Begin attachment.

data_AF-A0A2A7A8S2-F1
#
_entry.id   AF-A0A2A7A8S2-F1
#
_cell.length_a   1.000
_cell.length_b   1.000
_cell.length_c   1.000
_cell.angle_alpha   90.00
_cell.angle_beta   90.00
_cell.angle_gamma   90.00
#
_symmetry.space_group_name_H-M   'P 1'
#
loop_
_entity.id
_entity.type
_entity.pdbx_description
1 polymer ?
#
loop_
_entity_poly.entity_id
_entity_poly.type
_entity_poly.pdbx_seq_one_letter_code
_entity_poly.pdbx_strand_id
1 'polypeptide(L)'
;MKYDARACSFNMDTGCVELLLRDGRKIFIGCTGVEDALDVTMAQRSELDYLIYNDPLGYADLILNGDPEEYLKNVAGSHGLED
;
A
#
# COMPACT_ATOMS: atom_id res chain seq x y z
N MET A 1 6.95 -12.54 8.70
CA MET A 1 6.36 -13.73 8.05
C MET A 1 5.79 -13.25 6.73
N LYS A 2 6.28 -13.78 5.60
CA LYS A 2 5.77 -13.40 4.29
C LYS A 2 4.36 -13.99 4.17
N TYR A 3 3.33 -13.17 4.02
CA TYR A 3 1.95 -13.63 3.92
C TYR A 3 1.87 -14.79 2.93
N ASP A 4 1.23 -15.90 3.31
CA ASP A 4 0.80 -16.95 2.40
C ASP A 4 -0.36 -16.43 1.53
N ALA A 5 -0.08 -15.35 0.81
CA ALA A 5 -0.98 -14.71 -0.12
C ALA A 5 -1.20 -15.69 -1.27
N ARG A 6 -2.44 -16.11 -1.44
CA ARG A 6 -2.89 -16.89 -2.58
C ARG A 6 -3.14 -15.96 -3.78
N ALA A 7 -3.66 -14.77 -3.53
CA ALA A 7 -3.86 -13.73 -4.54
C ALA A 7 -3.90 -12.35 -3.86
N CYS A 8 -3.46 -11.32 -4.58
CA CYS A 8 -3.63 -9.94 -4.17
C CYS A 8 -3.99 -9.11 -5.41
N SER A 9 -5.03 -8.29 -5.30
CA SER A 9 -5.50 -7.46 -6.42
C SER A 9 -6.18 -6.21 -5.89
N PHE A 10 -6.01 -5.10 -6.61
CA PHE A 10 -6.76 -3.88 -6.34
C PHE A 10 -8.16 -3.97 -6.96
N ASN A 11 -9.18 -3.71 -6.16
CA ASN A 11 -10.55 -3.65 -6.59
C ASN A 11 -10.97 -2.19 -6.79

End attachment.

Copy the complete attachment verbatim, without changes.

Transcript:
data_AF-A0A2A7A8S2-F1
#
_entry.id   AF-A0A2A7A8S2-F1
#
_cell.length_a   1.000
_cell.length_b   1.000
_cell.length_c   1.000
_cell.angle_alpha   90.00
_cell.angle_beta   90.00
_cell.angle_gamma   90.00
#
_symmetry.space_group_name_H-M   'P 1'
#
loop_
_entity.id
_entity.type
_entity.pdbx_description
1 polymer ?
#
loop_
_entity_poly.entity_id
_entity_poly.type
_entity_poly.pdbx_seq_one_letter_code
_entity_poly.pdbx_strand_id
1 'polypeptide(L)'
;MKYDARACSFNMDTGCVELLLRDGRKIFIGCTGVEDALDVTMAQRSELDYLIYNDPLGYADLILNGDPEEYLKNVAGSHGLED
;
A
#
# COMPACT_ATOMS: atom_id res chain seq x y z
N MET A 1 6.95 -12.54 8.70
CA MET A 1 6.36 -13.73 8.05
C MET A 1 5.79 -13.25 6.73
N LYS A 2 6.28 -13.78 5.60
CA LYS A 2 5.77 -13.40 4.29
C LYS A 2 4.36 -13.99 4.17
N TYR A 3 3.33 -13.17 4.02
CA TYR A 3 1.95 -13.63 3.92
C TYR A 3 1.87 -14.79 2.93
N ASP A 4 1.23 -15.90 3.31
CA ASP A 4 0.80 -16.95 2.40
C ASP A 4 -0.36 -16.43 1.53
N ALA A 5 -0.08 -15.35 0.81
CA ALA A 5 -0.98 -14.71 -0.12
C ALA A 5 -1.20 -15.69 -1.27
N ARG A 6 -2.44 -16.11 -1.44
CA ARG A 6 -2.89 -16.89 -2.58
C ARG A 6 -3.14 -15.96 -3.78
N ALA A 7 -3.66 -14.77 -3.53
CA ALA A 7 -3.86 -13.73 -4.54
C ALA A 7 -3.90 -12.35 -3.86
N CYS A 8 -3.46 -11.32 -4.58
CA CYS A 8 -3.63 -9.94 -4.17
C CYS A 8 -3.99 -9.11 -5.41
N SER A 9 -5.03 -8.29 -5.30
CA SER A 9 -5.50 -7.46 -6.42
C SER A 9 -6.18 -6.21 -5.89
N PHE A 10 -6.01 -5.10 -6.61
CA PHE A 10 -6.76 -3.88 -6.34
C PHE A 10 -8.16 -3.97 -6.96
N ASN A 11 -9.18 -3.71 -6.16
CA ASN A 11 -10.55 -3.65 -6.59
C ASN A 11 -10.97 -2.19 -6.79